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pjme

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Re: Francis Poulenc
« Reply #9 on: July 16, 2007, 12:24:10 PM »
Poulenc was one of the first composers I wanted to know more of. I got lots of LP's from the library : concerto for two pianos, the clarinet sonata, the sextet, Gloria and Stabat mater ( -Paradisi gloria!!!!), that strange & haunting violinsonata, funny trifles like the sonata for piano 4 hands, Le bal masqué or Les mamelles de Thirésias. The slow movement of the Symphonietta is a beauty and so is the Pastourelle from l'Eventail de Jeanne!

He made discovering music easy....



Norseman

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Re: Francis Poulenc
« Reply #10 on: July 16, 2007, 12:40:09 PM »
The concerto for two pianos is great fun, but let's not totally forget his 'single piano' concerto. It might be a little less 'wild', but it's full of beautiful and fun tunes, and has that same almost fragmented, 'you-never-know-what's-going-to-happen' joking around (listen for instance to the crazy ending of the first movement and most of the last movement)

I also like a lot of his delightfully unpretencious solo piano works, like the Suite pour piano and Suite Francais (also scored for what I believe is wind band and harpsichord) Some of his stuff is a little too easy and kitschy even for me, though, and sometimes I can get a little tired of certain clichés of his, things that just sound 'too Poulenc', once you get to know him a little.. But then there's the other side of his famous Janus-face; the church music. Apart from the Gloria, Stabat Mater and Salve Regina, I know he has motets, a mass etc that might be worth checking out..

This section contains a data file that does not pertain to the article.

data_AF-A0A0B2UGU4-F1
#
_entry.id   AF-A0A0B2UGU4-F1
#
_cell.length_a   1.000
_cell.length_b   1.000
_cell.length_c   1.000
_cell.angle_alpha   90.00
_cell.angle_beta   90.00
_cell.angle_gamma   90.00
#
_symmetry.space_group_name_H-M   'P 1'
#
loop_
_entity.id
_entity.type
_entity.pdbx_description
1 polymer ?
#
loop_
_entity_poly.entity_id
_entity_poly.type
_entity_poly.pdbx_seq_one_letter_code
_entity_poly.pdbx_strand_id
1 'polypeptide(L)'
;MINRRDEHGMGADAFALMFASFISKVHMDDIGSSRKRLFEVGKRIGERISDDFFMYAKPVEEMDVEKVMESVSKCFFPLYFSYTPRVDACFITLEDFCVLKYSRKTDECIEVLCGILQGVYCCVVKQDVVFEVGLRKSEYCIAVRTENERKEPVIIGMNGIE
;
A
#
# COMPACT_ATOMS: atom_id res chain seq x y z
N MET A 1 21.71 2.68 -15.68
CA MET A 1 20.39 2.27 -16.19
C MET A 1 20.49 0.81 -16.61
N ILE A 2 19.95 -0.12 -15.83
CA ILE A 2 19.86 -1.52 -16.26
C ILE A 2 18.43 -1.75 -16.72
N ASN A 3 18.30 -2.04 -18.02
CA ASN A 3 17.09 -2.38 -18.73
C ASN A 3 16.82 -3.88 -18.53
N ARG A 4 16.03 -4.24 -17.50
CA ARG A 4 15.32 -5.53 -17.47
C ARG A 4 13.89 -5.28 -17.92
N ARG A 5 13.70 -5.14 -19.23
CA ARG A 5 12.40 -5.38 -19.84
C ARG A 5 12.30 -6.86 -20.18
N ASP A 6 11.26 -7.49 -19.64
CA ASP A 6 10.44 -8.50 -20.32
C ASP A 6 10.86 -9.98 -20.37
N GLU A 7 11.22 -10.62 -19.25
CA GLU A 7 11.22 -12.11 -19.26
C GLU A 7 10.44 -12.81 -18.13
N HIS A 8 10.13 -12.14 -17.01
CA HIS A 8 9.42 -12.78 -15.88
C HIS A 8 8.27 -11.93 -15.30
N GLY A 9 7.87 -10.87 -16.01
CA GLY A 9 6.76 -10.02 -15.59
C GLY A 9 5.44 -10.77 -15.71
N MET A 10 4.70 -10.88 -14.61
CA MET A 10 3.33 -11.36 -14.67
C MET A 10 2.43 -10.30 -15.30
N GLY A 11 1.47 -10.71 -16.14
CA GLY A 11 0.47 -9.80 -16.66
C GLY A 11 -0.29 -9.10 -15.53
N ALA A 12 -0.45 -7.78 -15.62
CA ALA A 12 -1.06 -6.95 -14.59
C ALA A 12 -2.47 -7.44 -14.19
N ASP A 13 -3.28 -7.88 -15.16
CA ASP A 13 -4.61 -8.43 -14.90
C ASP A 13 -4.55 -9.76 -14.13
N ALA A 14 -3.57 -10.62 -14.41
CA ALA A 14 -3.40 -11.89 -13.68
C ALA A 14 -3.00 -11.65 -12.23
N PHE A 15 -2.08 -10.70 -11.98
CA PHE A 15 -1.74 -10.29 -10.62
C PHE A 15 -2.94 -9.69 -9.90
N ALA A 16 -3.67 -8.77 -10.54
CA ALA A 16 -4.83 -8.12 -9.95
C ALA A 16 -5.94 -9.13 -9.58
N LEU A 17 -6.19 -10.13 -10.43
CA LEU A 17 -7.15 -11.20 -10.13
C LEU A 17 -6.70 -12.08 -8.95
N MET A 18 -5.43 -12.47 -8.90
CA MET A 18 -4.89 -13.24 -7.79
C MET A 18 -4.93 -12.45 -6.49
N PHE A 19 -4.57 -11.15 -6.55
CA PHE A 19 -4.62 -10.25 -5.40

Offline edward

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Re: Francis Poulenc
« Reply #11 on: July 16, 2007, 02:19:27 PM »
Yes, the two-piano concerto is fun, and Poulence's hugely underrated as a choral writer.

My favourite works are the late sonatas, though: the clarinet and oboe sonatas have a remarkable emotional world (the laughter failing to disguise the sorrow beneath), and the two-piano sonata is magnificent.
"I don't at all mind actively disliking a piece of contemporary music, but in order to feel happy about it I must consciously understand why I dislike it. Otherwise it remains in my mind as unfinished business."
 -- Aaron Copland, The Pleasures of Music

Offline aquablob

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Re: Francis Poulenc
« Reply #12 on: July 16, 2007, 02:55:28 PM »
and the two-piano sonata is magnificent.

A friend of mine and I performed this a year or two ago... great fun!

Offline PSmith08

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Re: Francis Poulenc
« Reply #13 on: July 16, 2007, 03:56:35 PM »
Dialogues des Carmélites, which features Crespin in Pierre Dervaux' 1958 EMI recording, is probably (to me, anyway) one of the great 20th century operas. I won't spoil the plot, especially since it makes the famous "Salve Regina" at the end that much more moving, but I will say that the story of a community of nuns in Revolutionary France is pretty darned compelling. Poulenc didn't write an opera with many arias and the like, sticking with a lyrical Sprechgesang; the way, too, he wove the music into the story is downright Wagnerian at times.

In any event, it is surely worth a spin.

Offline aquablob

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Re: Francis Poulenc
« Reply #14 on: July 16, 2007, 05:27:25 PM »